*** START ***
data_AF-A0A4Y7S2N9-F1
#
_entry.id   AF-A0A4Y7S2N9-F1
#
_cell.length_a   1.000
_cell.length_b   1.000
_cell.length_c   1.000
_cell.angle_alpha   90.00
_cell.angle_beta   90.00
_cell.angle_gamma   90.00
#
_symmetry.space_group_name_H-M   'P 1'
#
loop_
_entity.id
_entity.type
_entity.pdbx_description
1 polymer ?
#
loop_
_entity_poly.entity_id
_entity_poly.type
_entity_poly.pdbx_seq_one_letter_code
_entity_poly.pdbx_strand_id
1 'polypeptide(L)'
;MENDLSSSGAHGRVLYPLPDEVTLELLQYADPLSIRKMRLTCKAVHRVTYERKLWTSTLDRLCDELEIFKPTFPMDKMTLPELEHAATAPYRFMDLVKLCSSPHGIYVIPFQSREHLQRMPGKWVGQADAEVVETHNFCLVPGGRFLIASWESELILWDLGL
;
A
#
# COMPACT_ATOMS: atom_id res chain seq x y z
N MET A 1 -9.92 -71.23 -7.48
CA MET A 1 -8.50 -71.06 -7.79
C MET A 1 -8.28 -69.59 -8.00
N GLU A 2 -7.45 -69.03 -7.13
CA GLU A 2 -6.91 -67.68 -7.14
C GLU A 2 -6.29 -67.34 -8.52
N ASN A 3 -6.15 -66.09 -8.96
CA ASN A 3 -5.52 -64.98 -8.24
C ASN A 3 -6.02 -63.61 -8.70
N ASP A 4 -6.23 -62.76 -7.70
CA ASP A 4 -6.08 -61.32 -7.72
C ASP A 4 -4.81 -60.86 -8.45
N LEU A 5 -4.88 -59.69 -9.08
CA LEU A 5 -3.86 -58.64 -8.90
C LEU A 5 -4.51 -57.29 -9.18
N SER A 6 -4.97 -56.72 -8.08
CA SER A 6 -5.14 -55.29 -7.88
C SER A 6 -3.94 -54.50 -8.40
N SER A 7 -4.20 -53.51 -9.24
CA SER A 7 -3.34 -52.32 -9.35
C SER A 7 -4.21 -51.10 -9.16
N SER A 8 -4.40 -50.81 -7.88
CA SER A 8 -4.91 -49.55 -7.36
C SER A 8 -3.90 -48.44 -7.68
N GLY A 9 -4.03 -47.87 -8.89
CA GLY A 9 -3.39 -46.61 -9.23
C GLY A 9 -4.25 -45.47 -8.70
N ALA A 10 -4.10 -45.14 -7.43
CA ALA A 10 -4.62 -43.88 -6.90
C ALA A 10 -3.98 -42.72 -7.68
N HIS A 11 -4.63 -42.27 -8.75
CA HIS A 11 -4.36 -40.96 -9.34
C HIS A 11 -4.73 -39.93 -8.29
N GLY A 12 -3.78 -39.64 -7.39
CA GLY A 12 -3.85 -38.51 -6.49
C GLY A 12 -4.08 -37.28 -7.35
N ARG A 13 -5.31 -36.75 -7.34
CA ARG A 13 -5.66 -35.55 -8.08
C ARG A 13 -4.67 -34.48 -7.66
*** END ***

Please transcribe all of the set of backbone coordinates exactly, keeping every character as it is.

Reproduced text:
data_AF-A0A4Y7S2N9-F1
#
_entry.id   AF-A0A4Y7S2N9-F1
#
_cell.length_a   1.000
_cell.length_b   1.000
_cell.length_c   1.000
_cell.angle_alpha   90.00
_cell.angle_beta   90.00
_cell.angle_gamma   90.00
#
_symmetry.space_group_name_H-M   'P 1'
#
loop_
_entity.id
_entity.type
_entity.pdbx_description
1 polymer ?
#
loop_
_entity_poly.entity_id
_entity_poly.type
_entity_poly.pdbx_seq_one_letter_code
_entity_poly.pdbx_strand_id
1 'polypeptide(L)'
;MENDLSSSGAHGRVLYPLPDEVTLELLQYADPLSIRKMRLTCKAVHRVTYERKLWTSTLDRLCDELEIFKPTFPMDKMTLPELEHAATAPYRFMDLVKLCSSPHGIYVIPFQSREHLQRMPGKWVGQADAEVVETHNFCLVPGGRFLIASWESELILWDLGL
;
A
#
# COMPACT_ATOMS: atom_id res chain seq x y z
N MET A 1 -9.92 -71.23 -7.48
CA MET A 1 -8.50 -71.06 -7.79
C MET A 1 -8.28 -69.59 -8.00
N GLU A 2 -7.45 -69.03 -7.13
CA GLU A 2 -6.91 -67.68 -7.14
C GLU A 2 -6.29 -67.34 -8.52
N ASN A 3 -6.15 -66.09 -8.96
CA ASN A 3 -5.52 -64.98 -8.24
C ASN A 3 -6.02 -63.61 -8.70
N ASP A 4 -6.23 -62.76 -7.70
CA ASP A 4 -6.08 -61.32 -7.72
C ASP A 4 -4.81 -60.86 -8.45
N LEU A 5 -4.88 -59.69 -9.08
CA LEU A 5 -3.86 -58.64 -8.90
C LEU A 5 -4.51 -57.29 -9.18
N SER A 6 -4.97 -56.72 -8.08
CA SER A 6 -5.14 -55.29 -7.88
C SER A 6 -3.94 -54.50 -8.40
N SER A 7 -4.20 -53.51 -9.24
CA SER A 7 -3.34 -52.32 -9.35
C SER A 7 -4.21 -51.10 -9.16
N SER A 8 -4.40 -50.81 -7.88
CA SER A 8 -4.91 -49.55 -7.36
C SER A 8 -3.90 -48.44 -7.68
N GLY A 9 -4.03 -47.87 -8.89
CA GLY A 9 -3.39 -46.61 -9.23
C GLY A 9 -4.25 -45.47 -8.70
N ALA A 10 -4.10 -45.14 -7.43
CA ALA A 10 -4.62 -43.88 -6.90
C ALA A 10 -3.98 -42.72 -7.68
N HIS A 11 -4.63 -42.27 -8.75
CA HIS A 11 -4.36 -40.96 -9.34
C HIS A 11 -4.73 -39.93 -8.29
N GLY A 12 -3.78 -39.64 -7.39
CA GLY A 12 -3.85 -38.51 -6.49
C GLY A 12 -4.08 -37.28 -7.35
N ARG A 13 -5.31 -36.75 -7.34
CA ARG A 13 -5.66 -35.55 -8.08
C ARG A 13 -4.67 -34.48 -7.66